He was crushed for that tax increase, losing to Perot/Clinton in 1992, with attack ads replaying his “Read My Lips, No New Taxes” promise ad nauseum. Yet another example of how doing what is right just might get you fired. I’m not suggesting Bush Sr was a perfect President or anything (What do I know? I was in high school at the time), but the only narratives I know for why he lost that election (it’s rare for an incumbent president to lose) center around Ross Perot siphoning off votes from Republicans (I believe this has been studied and largely disproven), and the effectiveness of the “Read My Lips” attack ads.

Our brains seem to really, really like, even need, explanatory narratives. And we often double down on them over time, for reasons that have nothing to do with evidence or truth. But these explanations we cling to are usually grossly oversimplified, or even completely wrong. We make them up when they aren’t even there, and then refuse to change our minds, even in the face of evidence to the contrary. I still believe the first one from the article, above, given there is some scholarship and data behind it. But it’s not gospel truth, and I want to remain open to changing my mind.

Let Justice Roll Down!

Posted in grim stuff by Pete on December 14, 2020

I know that this is just one of a million such stories, but I think that’s kind of the point. It’s a slap to the face, to wake up and realize how people live outside of our little, comfortable bubbles. Perspective.

I believe that there will be justice. I believe that there will be a terrible, inexorable judgement, for all this stuff, and all that led to it, and all that came after. It may come before death, or after, but it will come.


From Luke 12:
3 What you have said in the dark will be heard in the daylight, and what you have whispered in the ear in the inner rooms will be proclaimed from the roofs.
4 “I tell you, my friends, do not be afraid of those who kill the body and after that can do no more.
5 But I will show you whom you should fear: Fear him who, after the killing of the body, has power to throw you into hell. Yes, I tell you, fear him.
6 Are not five sparrows sold for two pennies [1] ? Yet not one of them is forgotten by God.
7 Indeed, the very hairs of your head are all numbered. Don’t be afraid; you are worth more than many sparrows.

There’s a slow, slow train comin’ up around the bend. We run, we hide our shame, we rationalize and deny and use substances or people or work or entertainment or sex or anything that might distract us from the truth. We do anything but embrace true repentance, the only thing that would actually set us free. Jesus, let your justice roll down, the sooner the better, that we might turn and finally find freedom in you.

The Sonic / Microwave Weapon and the Cover-Up

Posted in Uncategorized by Pete on November 8, 2020

Well, this is disturbing. Read it. Hopefully it is exposed and an action movie is made out of the whole story, before it is scaled-up and used against even more innocent people. Even more disturbing than the existence of the weapon and it’s use on diplomats and their families, is the apparent cover-up by our government. I’m not one for conspiracy theories, especially these days with all of the nonsense half our country seems to believe, but I think this is for real, and shameful.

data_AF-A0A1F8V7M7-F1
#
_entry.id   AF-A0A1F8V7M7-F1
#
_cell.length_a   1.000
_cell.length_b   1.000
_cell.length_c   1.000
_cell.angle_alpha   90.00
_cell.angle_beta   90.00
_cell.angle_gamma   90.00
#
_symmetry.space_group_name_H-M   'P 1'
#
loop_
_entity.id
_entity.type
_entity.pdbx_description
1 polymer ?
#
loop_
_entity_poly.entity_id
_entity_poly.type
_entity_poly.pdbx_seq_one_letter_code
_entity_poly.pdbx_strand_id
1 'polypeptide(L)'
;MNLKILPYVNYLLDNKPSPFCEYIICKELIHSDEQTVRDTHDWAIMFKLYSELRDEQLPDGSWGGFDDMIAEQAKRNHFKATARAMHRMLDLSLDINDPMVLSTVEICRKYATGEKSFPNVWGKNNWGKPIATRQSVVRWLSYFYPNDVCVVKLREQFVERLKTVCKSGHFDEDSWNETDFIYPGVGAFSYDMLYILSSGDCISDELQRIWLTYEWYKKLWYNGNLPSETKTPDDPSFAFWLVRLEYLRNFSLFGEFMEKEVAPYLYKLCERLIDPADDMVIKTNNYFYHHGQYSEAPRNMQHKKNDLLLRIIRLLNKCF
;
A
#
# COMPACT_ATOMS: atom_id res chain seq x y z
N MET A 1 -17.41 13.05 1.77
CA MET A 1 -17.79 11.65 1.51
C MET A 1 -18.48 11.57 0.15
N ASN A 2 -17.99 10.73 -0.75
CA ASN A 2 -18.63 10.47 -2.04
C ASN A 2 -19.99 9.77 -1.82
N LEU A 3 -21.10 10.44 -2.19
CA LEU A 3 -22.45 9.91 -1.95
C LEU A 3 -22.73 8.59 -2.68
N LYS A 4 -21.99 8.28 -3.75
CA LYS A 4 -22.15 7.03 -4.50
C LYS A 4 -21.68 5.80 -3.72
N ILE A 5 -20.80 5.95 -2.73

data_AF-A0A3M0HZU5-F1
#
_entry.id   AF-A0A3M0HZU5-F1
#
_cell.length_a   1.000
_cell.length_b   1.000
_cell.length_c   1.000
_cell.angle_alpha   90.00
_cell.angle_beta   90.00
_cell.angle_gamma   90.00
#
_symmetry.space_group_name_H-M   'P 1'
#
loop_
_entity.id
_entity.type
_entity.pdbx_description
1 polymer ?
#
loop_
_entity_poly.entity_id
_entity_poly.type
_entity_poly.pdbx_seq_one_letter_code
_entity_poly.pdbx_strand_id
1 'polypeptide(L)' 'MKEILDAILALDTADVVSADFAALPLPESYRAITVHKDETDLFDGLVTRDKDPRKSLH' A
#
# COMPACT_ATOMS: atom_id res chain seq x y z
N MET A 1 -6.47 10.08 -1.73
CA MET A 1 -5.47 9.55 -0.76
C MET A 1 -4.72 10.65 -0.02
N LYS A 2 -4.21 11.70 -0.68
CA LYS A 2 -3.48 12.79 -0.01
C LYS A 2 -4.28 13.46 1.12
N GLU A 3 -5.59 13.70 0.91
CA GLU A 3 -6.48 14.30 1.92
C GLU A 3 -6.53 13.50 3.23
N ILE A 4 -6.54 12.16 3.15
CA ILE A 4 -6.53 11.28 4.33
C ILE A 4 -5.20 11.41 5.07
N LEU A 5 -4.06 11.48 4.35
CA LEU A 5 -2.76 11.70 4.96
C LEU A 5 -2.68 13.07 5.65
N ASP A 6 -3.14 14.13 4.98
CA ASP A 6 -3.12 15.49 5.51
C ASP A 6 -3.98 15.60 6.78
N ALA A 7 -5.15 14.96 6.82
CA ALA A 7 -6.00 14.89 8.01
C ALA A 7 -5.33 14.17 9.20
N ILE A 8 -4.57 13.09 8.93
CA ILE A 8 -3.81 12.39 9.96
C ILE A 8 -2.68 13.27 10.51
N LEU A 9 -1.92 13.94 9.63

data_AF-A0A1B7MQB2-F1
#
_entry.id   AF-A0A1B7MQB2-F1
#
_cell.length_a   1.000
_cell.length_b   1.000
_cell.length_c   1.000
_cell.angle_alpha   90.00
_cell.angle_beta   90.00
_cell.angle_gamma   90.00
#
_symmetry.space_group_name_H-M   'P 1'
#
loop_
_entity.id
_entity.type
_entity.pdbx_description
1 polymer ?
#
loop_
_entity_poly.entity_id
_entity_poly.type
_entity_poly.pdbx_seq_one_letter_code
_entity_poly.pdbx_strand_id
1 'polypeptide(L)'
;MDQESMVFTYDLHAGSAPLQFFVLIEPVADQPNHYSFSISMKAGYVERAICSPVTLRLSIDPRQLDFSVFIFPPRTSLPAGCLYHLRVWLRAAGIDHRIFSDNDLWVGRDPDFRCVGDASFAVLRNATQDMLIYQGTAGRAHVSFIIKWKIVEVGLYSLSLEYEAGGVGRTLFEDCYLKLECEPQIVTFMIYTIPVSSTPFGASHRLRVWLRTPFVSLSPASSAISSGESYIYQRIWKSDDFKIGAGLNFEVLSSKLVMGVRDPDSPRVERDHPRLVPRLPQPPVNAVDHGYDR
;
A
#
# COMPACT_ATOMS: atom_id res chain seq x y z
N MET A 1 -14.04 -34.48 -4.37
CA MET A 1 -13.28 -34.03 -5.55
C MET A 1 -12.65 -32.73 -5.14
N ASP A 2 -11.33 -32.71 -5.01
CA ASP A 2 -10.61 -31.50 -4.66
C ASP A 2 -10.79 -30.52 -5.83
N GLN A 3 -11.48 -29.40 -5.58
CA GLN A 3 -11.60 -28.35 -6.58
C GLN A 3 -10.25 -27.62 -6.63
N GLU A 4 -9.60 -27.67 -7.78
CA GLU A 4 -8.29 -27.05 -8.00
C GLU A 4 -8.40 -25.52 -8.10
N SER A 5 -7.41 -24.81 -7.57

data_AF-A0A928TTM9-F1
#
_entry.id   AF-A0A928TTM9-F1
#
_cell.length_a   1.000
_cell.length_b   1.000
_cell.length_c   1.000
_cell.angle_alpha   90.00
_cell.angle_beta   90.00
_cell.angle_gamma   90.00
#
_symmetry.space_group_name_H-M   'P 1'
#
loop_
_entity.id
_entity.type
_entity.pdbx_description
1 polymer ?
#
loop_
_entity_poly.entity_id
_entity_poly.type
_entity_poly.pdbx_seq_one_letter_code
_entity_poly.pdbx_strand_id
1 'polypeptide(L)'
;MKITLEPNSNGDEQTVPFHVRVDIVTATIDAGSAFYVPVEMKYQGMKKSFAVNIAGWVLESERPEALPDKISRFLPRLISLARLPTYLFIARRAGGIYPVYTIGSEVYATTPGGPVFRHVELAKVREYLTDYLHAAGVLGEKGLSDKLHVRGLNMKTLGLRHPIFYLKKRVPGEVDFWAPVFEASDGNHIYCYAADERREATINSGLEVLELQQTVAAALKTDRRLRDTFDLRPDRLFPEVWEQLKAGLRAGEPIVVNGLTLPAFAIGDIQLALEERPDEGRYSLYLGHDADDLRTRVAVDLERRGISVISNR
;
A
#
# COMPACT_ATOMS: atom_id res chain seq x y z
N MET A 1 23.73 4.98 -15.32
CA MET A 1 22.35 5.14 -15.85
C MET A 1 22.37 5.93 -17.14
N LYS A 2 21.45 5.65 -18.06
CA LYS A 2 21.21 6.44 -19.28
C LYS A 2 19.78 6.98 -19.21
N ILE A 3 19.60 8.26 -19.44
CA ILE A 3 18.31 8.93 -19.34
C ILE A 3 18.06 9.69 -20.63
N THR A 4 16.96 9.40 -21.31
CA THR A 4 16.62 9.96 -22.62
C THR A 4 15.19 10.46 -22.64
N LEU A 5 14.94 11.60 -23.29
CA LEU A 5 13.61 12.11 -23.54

Pink Slime and the fall of “The News”

Posted in Uncategorized by Pete on November 4, 2020

I’m cleaning out my email inbox, and came across an editorial from “Yahoo Finance” that I thought was insightful. I wanted to share and preserve it, so here it is: https://www.yahoo.com/lifestyle/a-different-way-the-news-is-dividing-america-113945965.html

I encourage you to check it out.

Racial Wealth Disparity

Posted in politics by Pete on July 8, 2020

I heard this stat on a podcast the other day and I’m embarrassed to admit I had no idea the disparity was so large. I couldn’t find the podcast quote, so here it is from another source:

A close examination of wealth in the U.S. finds evidence of staggering racial disparities. At $171,000, the net worth of a typical white family is nearly ten times greater than that of a Black family ($17,150) in 2016. Gaps in wealth between Black and white households reveal the effects of accumulated inequality and discrimination, as well as differences in power and opportunity that can be traced back to this nation’s inception. The Black-white wealth gap reflects a society that has not and does not afford equality of opportunity to all its citizens.

Boom. Succinct and devastating. They talk only briefly about the complex reasons behind this disparity, and possible ways to reduce it. The whole article is short and informative – I recommend it.

Ugh…

Posted in Uncategorized by Pete on April 7, 2020

This type of crime happens disturbingly often in Alaska. But this is a pretty extreme example of what happens. The offender’s callous attitude, his position of leadership and esteem in the community, the 11-year old victim, and the fact that “This is the second time in a month that police have responded to claims that Anderson-Agimuk had sex with a minor after giving them alcohol,” make this one even more chilling than most.

There is plenty of blame to go around. Including for all of us Alaskans for electing a governor and representatives who have put in place and enabled a deplorably underfunded system of justice, statewide, and even more so in the bush. There have always been a lack of prosecutors and public defenders, but Dunleavy has made even more cuts. Like this one:

Alaska Gov. Mike Dunleavy has cut from the state court system an amount his administration says is commensurate to that for state-funded abortions.

A budget document explaining the $334,000 cut says the legislative and executive branches oppose state funding of “elective” abortions. It says the only branch that “insists” on them is the Alaska Supreme Court.

The lack of prosecutors and public defenders leads to lots of plea-bargaining to avoid lengthy court cases, and rushed cases to meet statutory guidelines for how long the state has to bring charges after an arrest, that kind of thing. I’ve seen this from the perspective of a juror on grand jury duty (many times), and as a victim of a crime or two over our lengthy time in this region. Apparently, most Alaskans prefer this sort of assault and lawlessness, in the bush, to a modest income tax. Shameful. We reap what we sow.